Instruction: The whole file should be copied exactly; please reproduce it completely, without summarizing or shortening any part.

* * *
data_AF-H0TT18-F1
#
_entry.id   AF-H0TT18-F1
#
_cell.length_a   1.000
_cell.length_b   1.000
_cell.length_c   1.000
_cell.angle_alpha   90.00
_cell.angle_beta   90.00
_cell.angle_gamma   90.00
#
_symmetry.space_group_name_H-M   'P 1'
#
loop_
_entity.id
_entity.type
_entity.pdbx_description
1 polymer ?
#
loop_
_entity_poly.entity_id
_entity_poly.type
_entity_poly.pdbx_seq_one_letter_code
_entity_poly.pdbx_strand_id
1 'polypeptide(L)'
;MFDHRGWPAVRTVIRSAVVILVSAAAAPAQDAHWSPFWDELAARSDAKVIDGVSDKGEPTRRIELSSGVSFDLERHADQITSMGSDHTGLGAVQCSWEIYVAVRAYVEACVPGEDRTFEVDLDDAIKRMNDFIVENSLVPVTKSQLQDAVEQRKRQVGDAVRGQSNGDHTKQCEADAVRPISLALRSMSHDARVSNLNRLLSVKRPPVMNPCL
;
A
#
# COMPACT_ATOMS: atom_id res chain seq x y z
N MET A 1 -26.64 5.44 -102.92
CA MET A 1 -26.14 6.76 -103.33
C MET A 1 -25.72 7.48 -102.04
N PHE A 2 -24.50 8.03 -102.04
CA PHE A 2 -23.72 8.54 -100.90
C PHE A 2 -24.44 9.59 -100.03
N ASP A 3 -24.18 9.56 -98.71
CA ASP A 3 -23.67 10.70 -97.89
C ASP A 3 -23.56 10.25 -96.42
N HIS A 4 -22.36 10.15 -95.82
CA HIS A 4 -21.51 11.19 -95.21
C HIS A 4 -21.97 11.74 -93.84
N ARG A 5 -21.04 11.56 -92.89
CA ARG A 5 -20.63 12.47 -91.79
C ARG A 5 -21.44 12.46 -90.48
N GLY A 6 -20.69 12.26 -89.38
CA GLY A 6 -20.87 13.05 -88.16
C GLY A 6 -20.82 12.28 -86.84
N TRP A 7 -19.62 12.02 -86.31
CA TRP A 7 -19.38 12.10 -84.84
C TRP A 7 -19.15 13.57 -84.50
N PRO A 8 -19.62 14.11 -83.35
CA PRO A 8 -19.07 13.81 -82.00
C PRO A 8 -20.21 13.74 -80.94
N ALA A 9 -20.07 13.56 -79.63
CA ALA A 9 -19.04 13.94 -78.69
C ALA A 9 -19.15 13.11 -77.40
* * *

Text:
data_AF-H0TT18-F1
#
_entry.id   AF-H0TT18-F1
#
_cell.length_a   1.000
_cell.length_b   1.000
_cell.length_c   1.000
_cell.angle_alpha   90.00
_cell.angle_beta   90.00
_cell.angle_gamma   90.00
#
_symmetry.space_group_name_H-M   'P 1'
#
loop_
_entity.id
_entity.type
_entity.pdbx_description
1 polymer ?
#
loop_
_entity_poly.entity_id
_entity_poly.type
_entity_poly.pdbx_seq_one_letter_code
_entity_poly.pdbx_strand_id
1 'polypeptide(L)'
;MFDHRGWPAVRTVIRSAVVILVSAAAAPAQDAHWSPFWDELAARSDAKVIDGVSDKGEPTRRIELSSGVSFDLERHADQITSMGSDHTGLGAVQCSWEIYVAVRAYVEACVPGEDRTFEVDLDDAIKRMNDFIVENSLVPVTKSQLQDAVEQRKRQVGDAVRGQSNGDHTKQCEADAVRPISLALRSMSHDARVSNLNRLLSVKRPPVMNPCL
;
A
#
# COMPACT_ATOMS: atom_id res chain seq x y z
N MET A 1 -26.64 5.44 -102.92
CA MET A 1 -26.14 6.76 -103.33
C MET A 1 -25.72 7.48 -102.04
N PHE A 2 -24.50 8.03 -102.04
CA PHE A 2 -23.72 8.54 -100.90
C PHE A 2 -24.44 9.59 -100.03
N ASP A 3 -24.18 9.56 -98.71
CA ASP A 3 -23.67 10.70 -97.89
C ASP A 3 -23.56 10.25 -96.42
N HIS A 4 -22.36 10.15 -95.82
CA HIS A 4 -21.51 11.19 -95.21
C HIS A 4 -21.97 11.74 -93.84
N ARG A 5 -21.04 11.56 -92.89
CA ARG A 5 -20.63 12.47 -91.79
C ARG A 5 -21.44 12.46 -90.48
N GLY A 6 -20.69 12.26 -89.38
CA GLY A 6 -20.87 13.05 -88.16
C GLY A 6 -20.82 12.28 -86.84
N TRP A 7 -19.62 12.02 -86.31
CA TRP A 7 -19.38 12.10 -84.84
C TRP A 7 -19.15 13.57 -84.50
N PRO A 8 -19.62 14.11 -83.35
CA PRO A 8 -19.07 13.81 -82.00
C PRO A 8 -20.21 13.74 -80.94
N ALA A 9 -20.07 13.56 -79.63
CA ALA A 9 -19.04 13.94 -78.69
C ALA A 9 -19.15 13.11 -77.40